With special thanks to:
Fr Alan Neville, Missionaries of the Sacred Heart
Sr Monica Boggan, Redemptoristines
Br Conor McDonough, Dominicans
Br Kevin Crowley, Capuchin Franciscan Friars
Sr Louise O'Rourke, Disciples of the Divine Master
|Haighia Sophia in Istanbul|
In a lengthy address– the first of two on his one day visit to the heart of Europe – he told members of the European Parliament in Strasbourg that a two-thousand-year-old history links Europe and Christianity, “not free of conflicts or errors, but driven by the desire to work for the good of all”. This “is our present and our future. It is our identity”, he said
The Pope also urged Europe’s 500 million citizens to see the Union’s problems – economic stagnation, unemployment, immigration, rising poverty levels and a growing polarization - as a “force for unity” to overcome fears and mutual mistrust.
“Dignity” he said was the pivotal concept in the process of rebuilding which followed the Second World War and led to the European project. Today it remains central to the commitment of the European Union. But Pope Francis warned, often the concept of human rights is misunderstood and misused.
He pointed to tendency to uphold the rights of the individual, “without regard for the fact that each human being is part of a social context wherein his or her rights and duties are bound up with those of others and with the common good of society itself”.
Transcendent human dignity – the Pope continued - means regarding human beings not as absolutes, but as beings in relation. He spoke of a Europe rampant with the disease of loneliness a direct result of the trend towards individualism. He said the economic crisis has worsened this pervasive loneliness and nourished a growing mistrust in people towards institutions considered aloof and bureaucratic.
The Pope spoke of the unsustainable opulence of selfish lifestyles amid indifference to the poorest of the poor, where technical and economic questions dominate political debate, to the detriment of genuine concern for human beings.
This – the Pope noted –reduces human life to being a “cog in a machine” which, if no longer useful, can be “discarded with few qualms, as in the case of the terminally ill, the elderly who are abandoned and uncared for, and children who are killed in the womb”. This – Pope Francis said quoting Benedict XVI - is the great mistake made “when technology is allowed to take over”; the result is a confusion between ends and means”.
The future of Europe – added Pope Francis - depends on the recovery of the vital connection between openness to God and the practical and concrete ability to confront situations and problems.
The Pope said Christianity is not a threat to secular Europe but rather an enrichment. He said religions can help Europe counter “many forms of extremism” spreading today that are often “a result of the great vacuum of ideals which we are currently witnessing in the West”.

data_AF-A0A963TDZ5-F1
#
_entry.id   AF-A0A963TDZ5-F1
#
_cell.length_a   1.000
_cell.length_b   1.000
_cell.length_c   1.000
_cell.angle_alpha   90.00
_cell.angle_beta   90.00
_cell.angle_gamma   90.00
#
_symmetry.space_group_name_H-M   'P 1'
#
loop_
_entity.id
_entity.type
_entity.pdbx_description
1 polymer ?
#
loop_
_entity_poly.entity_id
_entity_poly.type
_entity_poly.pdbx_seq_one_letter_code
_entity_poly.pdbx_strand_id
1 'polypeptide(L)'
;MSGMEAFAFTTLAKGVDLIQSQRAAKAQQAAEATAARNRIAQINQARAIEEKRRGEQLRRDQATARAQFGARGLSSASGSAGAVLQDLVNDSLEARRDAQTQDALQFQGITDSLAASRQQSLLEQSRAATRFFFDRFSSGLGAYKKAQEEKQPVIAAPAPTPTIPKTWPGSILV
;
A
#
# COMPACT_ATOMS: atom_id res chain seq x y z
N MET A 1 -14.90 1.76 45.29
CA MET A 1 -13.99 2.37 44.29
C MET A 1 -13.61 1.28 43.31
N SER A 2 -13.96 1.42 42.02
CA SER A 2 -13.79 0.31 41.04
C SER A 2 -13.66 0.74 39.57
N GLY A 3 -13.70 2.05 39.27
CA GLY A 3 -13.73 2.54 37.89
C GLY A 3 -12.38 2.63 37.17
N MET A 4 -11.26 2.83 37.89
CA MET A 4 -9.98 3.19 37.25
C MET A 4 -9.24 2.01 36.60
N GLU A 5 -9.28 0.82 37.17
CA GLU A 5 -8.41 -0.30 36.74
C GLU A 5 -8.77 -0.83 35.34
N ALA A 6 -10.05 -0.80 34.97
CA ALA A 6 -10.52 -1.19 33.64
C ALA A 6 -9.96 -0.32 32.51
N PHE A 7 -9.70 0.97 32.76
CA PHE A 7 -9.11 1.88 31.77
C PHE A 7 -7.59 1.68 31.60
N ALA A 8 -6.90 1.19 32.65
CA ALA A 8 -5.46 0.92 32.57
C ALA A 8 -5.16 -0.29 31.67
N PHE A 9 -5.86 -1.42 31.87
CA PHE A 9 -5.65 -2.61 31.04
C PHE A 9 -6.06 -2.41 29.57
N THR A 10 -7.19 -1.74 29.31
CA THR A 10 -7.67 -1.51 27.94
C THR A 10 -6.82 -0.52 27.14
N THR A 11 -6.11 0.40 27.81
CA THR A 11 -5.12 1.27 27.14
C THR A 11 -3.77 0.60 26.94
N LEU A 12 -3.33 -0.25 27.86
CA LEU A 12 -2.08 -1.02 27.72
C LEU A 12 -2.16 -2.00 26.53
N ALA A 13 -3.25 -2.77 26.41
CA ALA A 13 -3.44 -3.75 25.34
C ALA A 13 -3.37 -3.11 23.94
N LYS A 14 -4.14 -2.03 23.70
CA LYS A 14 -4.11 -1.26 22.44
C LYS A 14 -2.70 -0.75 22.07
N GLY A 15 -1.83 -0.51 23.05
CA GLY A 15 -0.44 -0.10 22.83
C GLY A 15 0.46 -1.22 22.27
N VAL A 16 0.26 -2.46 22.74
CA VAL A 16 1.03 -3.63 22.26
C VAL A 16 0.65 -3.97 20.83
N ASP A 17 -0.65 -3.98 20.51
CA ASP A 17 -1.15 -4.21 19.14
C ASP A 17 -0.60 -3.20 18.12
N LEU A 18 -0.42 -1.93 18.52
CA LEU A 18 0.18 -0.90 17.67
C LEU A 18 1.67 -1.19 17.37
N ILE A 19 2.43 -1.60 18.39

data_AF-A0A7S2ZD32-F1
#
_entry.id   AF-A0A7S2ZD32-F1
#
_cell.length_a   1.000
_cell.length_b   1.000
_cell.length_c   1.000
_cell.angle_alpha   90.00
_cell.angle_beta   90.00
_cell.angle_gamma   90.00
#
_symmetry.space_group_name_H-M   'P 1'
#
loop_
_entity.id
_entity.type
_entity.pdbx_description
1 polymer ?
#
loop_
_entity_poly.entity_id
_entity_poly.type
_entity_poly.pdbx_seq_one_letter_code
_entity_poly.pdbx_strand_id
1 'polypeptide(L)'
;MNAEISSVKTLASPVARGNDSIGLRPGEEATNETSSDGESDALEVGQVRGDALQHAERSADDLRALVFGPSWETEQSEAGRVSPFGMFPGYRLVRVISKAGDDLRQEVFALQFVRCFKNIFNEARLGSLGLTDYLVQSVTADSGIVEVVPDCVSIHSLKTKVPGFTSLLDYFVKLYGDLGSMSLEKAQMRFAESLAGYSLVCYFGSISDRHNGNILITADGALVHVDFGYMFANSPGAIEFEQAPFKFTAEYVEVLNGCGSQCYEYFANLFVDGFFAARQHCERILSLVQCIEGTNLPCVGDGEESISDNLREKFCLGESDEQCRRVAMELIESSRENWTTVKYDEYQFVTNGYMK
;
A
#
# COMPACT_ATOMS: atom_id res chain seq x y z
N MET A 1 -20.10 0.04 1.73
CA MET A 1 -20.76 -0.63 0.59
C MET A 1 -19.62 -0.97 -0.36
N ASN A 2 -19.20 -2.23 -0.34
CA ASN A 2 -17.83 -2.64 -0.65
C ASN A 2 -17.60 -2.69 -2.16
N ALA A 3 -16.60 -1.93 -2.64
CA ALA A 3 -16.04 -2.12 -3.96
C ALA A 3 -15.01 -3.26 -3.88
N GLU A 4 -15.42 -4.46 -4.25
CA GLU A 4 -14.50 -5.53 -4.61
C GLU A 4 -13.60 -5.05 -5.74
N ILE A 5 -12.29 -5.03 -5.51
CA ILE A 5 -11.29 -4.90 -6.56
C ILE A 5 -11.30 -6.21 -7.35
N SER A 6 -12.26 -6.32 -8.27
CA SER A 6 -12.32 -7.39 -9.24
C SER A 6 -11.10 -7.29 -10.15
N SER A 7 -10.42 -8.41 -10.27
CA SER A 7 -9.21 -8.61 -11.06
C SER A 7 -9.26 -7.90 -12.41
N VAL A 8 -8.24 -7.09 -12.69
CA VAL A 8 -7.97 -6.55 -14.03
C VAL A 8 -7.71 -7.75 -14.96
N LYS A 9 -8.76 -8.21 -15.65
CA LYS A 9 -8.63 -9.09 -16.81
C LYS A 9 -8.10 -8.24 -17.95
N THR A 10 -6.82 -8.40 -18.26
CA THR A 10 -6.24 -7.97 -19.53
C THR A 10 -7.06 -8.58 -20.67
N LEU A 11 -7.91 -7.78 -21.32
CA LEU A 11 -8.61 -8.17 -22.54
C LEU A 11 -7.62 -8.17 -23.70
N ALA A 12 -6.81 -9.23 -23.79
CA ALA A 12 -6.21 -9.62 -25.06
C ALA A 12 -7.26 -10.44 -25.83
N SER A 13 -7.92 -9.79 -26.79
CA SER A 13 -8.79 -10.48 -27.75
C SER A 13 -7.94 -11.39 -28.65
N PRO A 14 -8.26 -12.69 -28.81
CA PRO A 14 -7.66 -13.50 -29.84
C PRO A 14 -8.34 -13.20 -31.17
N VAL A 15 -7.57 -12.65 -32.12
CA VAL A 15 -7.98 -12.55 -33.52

Here he decried the “shameful and complicit silence” of many while religious minorities are being “evicted from their homes and native lands, sold as slaves, killed, beheaded, crucified or burned alive”.
Pope Francis went on to observe that the motto of the European Union is United in Diversity, but unity, does not mean uniformity. Keeping democracy alive in Europe means avoiding the many globalizing tendencies to dilute reality.
Keeping democracies alive is a challenge in the present historic moment, he continued, but it must not be allowed to collapse under the pressure of multinational interests which are not universal. It means nurturing the gifts of each man and woman; investing in families, the fundamental cell and most precious element of any society; in educational institutes; in young people today who are asking for a suitable and complete education to help them to look to the future with hope instead of disenchantment.
In areas such as the ecology Europe has always been in the vanguard, the Pope said, while noting that today “millions of people around the world are dying of hunger while tons of food are discarded each day from our tables”.
He also spoke of the need to promote policies that create employment, but above all “restore dignity to labour by ensuring proper working conditions” while avoiding the exploitation of workers and ensuring “their ability to create a family and educate their children”.
On the issue of migration Pope Francis called for a united response decrying the lack of a coordinated EU wide effort to adopt policies that assist migrants in their countries of origin and that promote a just and realistic integration: “We cannot allow the Mediterranean to become a vast cemetery!” he decried to lengthy applause.
Pope Francis concluded: “The time has come for us to abandon the idea of a Europe which is fearful and self-absorbed, in order to revive and encourage a Europe of leadership, a repository of science, art, music, human values and faith as well. A Europe which contemplates the heavens and pursues lofty ideals. A Europe which cares for, defends and protects man, every man and woman. A Europe which bestrides the earth surely and securely, a precious point of reference for all humanity!
|Pope Francis and Archbishop Dermot Clifford|
|Bishop Kieran O'Reilly SMA|
|Icon of St. Cecilia|
|Animating the celebration of Vespers|